Mere hours after Democrats gained control of the House of Representatives in the midterm elections, it was announced that President Donald Trump had requested and accepted the resignation of Attorney General Jeff Sessions.
This finally vindicated the persistent rumors since the early days of the administration that Sessions would eventually be fired by Trump, most likely due to Sessions’ recusal from all matters related to Russia as soon as he was confirmed.
The president wasted no time in also announcing Sessions’ interim replacement, naming the now-former attorney general’s chief of staff — Matthew Whitaker — as acting attorney general until a permanent replacement could be nominated by Trump and confirmed by the Senate.
The Hill reported that Whitaker — who has not recused himself from anything like Sessions had — will assume control of all investigations and prosecutions within the Justice Department, including the special counsel probe into Trump and alleged Russian election interference that is being led by former FBI Director Robert Mueller, a probe that until now had been overseen by Deputy Attorney General Rod Rosenstein due to Sessions’ recusal.
Indeed, DOJ spokeswoman Sarah Isgur Flores informed The Hill, “The Acting Attorney General is in charge of all matters under the purview of the Department of Justice.” Whitaker now being in charge of “all matters” under the DOJ is quite possibly bad news for Mueller, as he will assume oversight responsibilities from Rosenstein and has made his opinion of the Mueller probe — hint: He’s not a big fan — publicly known in the not-too-distant past.
President Trump has long characterized the Mueller probe as little more than a baseless “witch hunt” against him, and in an opinion article published by CNN in August 2017, Whitaker appeared to agree with that general assessment and wrote, “The President is absolutely correct. Mueller has come up to a red line in the Russia 2016 election-meddling investigation that he is dangerously close to crossing.”
At issue for Whitaker were the rumors at that time that Mueller was preparing to scour through the financial records of the Trump Organization in a search for any sort of financial crime that could be pinned on Trump or a Trump associate, even if it had no particular relation to the Russia investigation.
Whitaker wrote that “investigating Donald Trump’s finances or his family’s finances falls completely outside of the realm of his 2016 campaign and allegations that the campaign coordinated with the Russian government or anyone else. That goes beyond the scope of the appointment of the special counsel.”
Whitaker argued that Mueller did not have “broad authority” to investigate whatever he pleased, and pointed out that Mueller would need to specifically request additional authority from Rosenstein to dig into matters not explicitly laid out in Rosenstein’s initial letter authorizing the special counsel probe.
“If he were to continue to investigate the financial relationships without a broadened scope in his appointment, then this would raise serious concerns that the special counsel’s investigation was a mere witch hunt,” he wrote.
“It is time for Rosenstein, who is the acting attorney general for the purposes of this investigation, to order Mueller to limit the scope of his investigation to the four corners of the order appointing him special counsel,” Whitaker concluded at that time.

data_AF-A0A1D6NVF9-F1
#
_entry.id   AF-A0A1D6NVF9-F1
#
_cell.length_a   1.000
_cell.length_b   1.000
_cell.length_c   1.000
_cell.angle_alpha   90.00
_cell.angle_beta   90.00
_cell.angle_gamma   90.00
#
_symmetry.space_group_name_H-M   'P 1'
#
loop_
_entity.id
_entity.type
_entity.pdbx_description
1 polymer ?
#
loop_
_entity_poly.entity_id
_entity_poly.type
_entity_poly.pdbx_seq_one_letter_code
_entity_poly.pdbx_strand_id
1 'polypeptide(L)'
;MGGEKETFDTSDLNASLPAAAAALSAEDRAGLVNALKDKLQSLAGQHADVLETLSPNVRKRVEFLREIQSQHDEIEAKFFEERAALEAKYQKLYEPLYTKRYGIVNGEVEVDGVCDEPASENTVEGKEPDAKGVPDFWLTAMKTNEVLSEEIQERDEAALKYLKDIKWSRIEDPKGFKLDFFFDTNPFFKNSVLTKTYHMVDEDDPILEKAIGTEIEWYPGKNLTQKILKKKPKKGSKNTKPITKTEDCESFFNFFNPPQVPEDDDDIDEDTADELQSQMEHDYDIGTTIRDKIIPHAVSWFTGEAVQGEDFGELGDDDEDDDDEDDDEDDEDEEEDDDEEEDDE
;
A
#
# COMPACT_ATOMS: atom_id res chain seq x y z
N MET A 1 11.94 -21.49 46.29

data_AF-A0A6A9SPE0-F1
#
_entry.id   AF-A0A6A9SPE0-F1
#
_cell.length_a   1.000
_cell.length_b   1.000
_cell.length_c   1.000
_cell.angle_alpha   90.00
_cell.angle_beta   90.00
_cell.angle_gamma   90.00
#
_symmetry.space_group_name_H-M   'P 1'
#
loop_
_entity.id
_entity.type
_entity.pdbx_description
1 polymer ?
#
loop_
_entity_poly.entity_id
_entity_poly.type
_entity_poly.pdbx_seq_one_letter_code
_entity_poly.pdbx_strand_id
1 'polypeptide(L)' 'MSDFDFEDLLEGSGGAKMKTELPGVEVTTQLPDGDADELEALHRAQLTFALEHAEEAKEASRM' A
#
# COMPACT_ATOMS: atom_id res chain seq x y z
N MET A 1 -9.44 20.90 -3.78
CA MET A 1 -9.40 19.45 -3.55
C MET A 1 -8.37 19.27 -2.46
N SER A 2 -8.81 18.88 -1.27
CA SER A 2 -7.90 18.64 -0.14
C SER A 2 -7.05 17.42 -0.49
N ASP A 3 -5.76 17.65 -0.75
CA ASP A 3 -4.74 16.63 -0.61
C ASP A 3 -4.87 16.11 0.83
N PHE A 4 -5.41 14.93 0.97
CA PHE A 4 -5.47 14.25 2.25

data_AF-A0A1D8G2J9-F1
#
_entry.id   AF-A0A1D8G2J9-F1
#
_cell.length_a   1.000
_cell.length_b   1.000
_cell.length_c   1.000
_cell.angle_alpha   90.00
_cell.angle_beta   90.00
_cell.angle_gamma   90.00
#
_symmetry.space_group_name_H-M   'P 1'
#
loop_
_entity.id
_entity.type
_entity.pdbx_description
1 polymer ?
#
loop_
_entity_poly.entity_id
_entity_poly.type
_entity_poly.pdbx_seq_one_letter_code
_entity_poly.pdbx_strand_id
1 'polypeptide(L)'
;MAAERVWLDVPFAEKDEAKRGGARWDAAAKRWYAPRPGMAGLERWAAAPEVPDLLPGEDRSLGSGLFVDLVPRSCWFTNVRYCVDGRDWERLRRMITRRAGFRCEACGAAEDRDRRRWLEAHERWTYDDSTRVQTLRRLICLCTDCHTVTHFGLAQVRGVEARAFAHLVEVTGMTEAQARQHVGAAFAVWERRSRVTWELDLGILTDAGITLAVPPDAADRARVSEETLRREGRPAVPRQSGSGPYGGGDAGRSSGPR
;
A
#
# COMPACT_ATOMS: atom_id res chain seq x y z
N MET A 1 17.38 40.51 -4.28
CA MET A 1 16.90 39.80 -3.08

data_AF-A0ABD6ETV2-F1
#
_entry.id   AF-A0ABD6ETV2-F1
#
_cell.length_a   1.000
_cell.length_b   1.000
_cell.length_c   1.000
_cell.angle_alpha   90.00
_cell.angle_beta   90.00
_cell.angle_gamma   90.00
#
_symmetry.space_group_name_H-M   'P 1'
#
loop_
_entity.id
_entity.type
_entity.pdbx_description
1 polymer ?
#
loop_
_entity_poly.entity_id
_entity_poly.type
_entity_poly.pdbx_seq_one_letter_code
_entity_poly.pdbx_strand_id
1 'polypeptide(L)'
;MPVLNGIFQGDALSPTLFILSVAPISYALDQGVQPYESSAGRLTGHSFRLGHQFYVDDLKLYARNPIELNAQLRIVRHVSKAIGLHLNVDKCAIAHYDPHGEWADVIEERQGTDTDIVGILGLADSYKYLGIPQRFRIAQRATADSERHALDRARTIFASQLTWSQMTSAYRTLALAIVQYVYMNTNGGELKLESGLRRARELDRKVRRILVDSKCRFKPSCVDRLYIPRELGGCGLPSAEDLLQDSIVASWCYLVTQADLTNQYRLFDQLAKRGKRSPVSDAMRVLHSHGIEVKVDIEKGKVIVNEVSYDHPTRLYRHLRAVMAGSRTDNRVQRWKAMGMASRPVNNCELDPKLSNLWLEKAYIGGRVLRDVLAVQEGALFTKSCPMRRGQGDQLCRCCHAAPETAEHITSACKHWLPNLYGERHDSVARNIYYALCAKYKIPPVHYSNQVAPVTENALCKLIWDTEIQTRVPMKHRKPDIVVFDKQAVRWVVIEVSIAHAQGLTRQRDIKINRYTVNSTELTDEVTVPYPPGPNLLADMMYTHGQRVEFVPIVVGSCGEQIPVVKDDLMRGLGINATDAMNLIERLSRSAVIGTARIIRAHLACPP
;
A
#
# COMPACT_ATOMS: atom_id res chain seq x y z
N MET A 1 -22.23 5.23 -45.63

“If he doesn’t, then Mueller’s investigation will eventually start to look like a political fishing expedition. This would not only be out of character for a respected figure like Mueller, but also could be damaging to the President of the United States and his family — and by extension, to the country.”
Now that Whitaker is in charge of everything at the DOJ — including the special counsel probe formerly overseen by Rosenstein — Whitaker can impose the suggested limits on the scope of the investigation, if not shut the investigation down altogether … a possibility that was not lost on Congressional Democrats who’ve gone out of their way to defend and protect the investigation, who immediately demanded that Whitaker similarly recuse himself as Sessions had done.
The Hill reported that Senate Minority Leader Chuck Schumer said in a statement, “Given his previous comments advocating defunding and imposing limitations on the Mueller investigation, Mr. Whitaker should recuse himself from its oversight for the duration of his time as acting attorney general.”
House Minority Leader — and presumed next House Speaker — Nancy Pelosi said in a pair of tweets that Trump’s firing of Sessions was a “blatant” effort to “undermine and end” the Mueller investigation. She tweeted of Whitaker, “Given his record of threats to undermine & weaken the Russia investigation, Matthew Whitaker should recuse himself from any involvement in Mueller’s investigation. Congress must take immediate action to protect the rule of law and integrity of the investigation.
Along those lines, Democratic New York Rep. Jerry Nadler — who stands poised to assume the chair of the House Judiciary Committee — tweeted, “Americans must have answers immediately as to the reasoning behind @realDonaldTrump removing Jeff Sessions from @TheJusticeDept. Why is the President making this change and who has authority over Special Counsel Mueller’s investigation? We will be holding people accountable.”
Obviously, we don’t know yet what Whitaker intends to do with regard to the Mueller investigation, or even how long he will be acting attorney general and in charge of the Mueller investigation. But it wouldn’t be surprising if he issued some sort of revised scope of authority that limited the range to which Mueller may go in his presumed efforts to dig up dirt on Trump and his associates.
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